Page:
Wearable neuroimaging and emotion : investigating emotional responses to architectural environments with functional near-infrared spectroscopy (fNIRS)
Lindquist, Marissa, Williams, Anthony, & Oloyede, Adekunle (2014) Wearable neuroimaging and emotion : investigating emotional responses to architectural environments with functional near-infrared spectroscopy (fNIRS). In Albright, Thomas (Ed.) Academy of Neursocience for Architecture, 18-20 September 2014, La Jolla, San Diego, USA.
Supported by contemporary theories of architectural aesthetics and neuro-aesthetics this paper presents a case for the use of portable fNIRS imaging in the assessment of emotional responses to spatial environments experienced by both blind and sighted. The aim of the paper is to outline the implications of fNIRS for spatial research and practice within the field of architecture, thereby suggesting a potential taxonomy of particular formations of space and affect.
Empirical neurological study of affect and spatial experience from an architectural design perspective remains in many instances unchartered. Clinical research using the portable non-invasive neuro-imaging device, functional near infrared spectroscopy (fNIRS) is proving convincing in its ability to detect emotional responses to visual, spatio-auditory and task based stimuli, providing a firm basis to potentially track cortical activity in the appraisal of architectural environments.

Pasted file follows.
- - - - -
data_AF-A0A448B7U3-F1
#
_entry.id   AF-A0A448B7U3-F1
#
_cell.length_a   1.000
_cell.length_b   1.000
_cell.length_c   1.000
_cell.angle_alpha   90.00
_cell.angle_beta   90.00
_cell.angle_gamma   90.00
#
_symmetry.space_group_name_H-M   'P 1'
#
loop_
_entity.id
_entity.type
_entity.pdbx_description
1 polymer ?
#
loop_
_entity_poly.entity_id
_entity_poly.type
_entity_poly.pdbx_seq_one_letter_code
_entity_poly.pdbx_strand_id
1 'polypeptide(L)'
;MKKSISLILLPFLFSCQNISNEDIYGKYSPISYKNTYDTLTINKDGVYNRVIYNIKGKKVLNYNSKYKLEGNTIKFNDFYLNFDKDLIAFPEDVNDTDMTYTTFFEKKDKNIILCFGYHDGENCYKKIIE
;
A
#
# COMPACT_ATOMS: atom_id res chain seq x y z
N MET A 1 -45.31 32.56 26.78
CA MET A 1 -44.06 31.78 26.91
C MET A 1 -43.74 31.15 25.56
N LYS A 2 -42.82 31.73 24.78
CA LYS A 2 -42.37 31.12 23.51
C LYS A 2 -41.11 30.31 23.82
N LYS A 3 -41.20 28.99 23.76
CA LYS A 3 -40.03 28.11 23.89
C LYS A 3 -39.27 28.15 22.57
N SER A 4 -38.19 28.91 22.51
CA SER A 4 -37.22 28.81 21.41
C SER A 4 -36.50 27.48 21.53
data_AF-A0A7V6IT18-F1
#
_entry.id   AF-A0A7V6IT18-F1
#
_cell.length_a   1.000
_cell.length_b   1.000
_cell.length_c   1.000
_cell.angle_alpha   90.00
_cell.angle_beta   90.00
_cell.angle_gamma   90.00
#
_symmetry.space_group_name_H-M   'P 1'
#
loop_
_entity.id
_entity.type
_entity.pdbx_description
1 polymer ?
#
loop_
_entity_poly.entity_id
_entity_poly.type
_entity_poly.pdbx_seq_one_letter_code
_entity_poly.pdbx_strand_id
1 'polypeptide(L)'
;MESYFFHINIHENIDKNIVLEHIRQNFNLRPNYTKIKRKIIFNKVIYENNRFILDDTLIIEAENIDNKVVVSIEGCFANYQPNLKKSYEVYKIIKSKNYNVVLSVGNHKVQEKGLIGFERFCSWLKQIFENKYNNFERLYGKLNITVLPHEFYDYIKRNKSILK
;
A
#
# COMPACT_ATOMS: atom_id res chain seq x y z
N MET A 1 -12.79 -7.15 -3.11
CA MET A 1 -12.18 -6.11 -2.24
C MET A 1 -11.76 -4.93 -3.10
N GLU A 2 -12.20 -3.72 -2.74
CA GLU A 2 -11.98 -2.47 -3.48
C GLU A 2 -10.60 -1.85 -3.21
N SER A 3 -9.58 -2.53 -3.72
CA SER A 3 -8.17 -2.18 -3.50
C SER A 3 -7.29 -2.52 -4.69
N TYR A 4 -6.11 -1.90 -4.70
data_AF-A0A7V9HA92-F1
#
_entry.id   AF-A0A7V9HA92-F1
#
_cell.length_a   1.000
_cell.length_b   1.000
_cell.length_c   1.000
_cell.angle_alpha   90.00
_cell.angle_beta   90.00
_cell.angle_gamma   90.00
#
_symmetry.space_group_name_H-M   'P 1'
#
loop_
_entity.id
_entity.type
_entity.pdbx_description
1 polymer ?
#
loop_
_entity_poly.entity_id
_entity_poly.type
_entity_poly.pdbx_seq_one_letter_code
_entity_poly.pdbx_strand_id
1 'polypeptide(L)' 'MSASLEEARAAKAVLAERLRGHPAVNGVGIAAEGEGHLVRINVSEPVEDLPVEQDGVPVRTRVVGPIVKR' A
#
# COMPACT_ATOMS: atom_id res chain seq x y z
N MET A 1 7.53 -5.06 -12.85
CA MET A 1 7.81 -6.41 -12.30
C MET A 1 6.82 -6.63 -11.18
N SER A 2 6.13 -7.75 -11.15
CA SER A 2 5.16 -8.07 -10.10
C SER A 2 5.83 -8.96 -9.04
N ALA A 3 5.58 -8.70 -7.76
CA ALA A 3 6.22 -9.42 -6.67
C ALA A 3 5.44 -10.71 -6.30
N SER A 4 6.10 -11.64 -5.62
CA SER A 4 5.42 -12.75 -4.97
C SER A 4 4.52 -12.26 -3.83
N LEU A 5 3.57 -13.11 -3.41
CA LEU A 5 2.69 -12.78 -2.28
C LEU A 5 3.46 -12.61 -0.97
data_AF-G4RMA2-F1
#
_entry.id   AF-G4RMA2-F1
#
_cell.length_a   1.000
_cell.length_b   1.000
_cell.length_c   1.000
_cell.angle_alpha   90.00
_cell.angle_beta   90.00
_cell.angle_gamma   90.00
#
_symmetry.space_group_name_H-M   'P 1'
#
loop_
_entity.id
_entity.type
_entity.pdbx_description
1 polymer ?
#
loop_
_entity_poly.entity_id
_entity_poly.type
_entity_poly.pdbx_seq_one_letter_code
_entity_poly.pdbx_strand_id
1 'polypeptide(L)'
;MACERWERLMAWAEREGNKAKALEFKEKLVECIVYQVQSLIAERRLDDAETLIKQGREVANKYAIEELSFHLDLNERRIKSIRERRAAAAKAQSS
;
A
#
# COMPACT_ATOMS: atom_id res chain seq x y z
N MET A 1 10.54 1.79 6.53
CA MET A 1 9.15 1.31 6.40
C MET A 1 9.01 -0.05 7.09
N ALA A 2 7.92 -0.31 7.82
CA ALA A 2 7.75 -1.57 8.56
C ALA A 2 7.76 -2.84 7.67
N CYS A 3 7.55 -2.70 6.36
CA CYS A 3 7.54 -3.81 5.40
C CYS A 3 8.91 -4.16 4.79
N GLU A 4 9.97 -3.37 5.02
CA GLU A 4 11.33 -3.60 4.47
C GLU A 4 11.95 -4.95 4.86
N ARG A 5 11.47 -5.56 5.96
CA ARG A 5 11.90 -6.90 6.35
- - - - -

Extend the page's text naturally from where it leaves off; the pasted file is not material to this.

Additionally, recent neurological studies have sought to explore the manifold sensory abilities of the visually impaired to better understand spatial perception in general. Key studies reveal that early blind participants perform as well as sighted due to higher auditory and somato-sensory spatial acuity. For instance, face vision enables the visually impaired to detect environments through skin pressure, enabling at times an instantaneous impression of the layout of an unfamiliar environment. Studies also report pleasant and unpleasant emotional responses such as ‘weightedness’ or ‘claustrophobia’ within certain interior environments, revealing a deeper perceptual sensitivity then would be expected.
We conclude with justification that comparative fNIRS studies between the sighted and blind concerning spatial experience have the potential to provide greater understanding of emotional responses to architectural environments.
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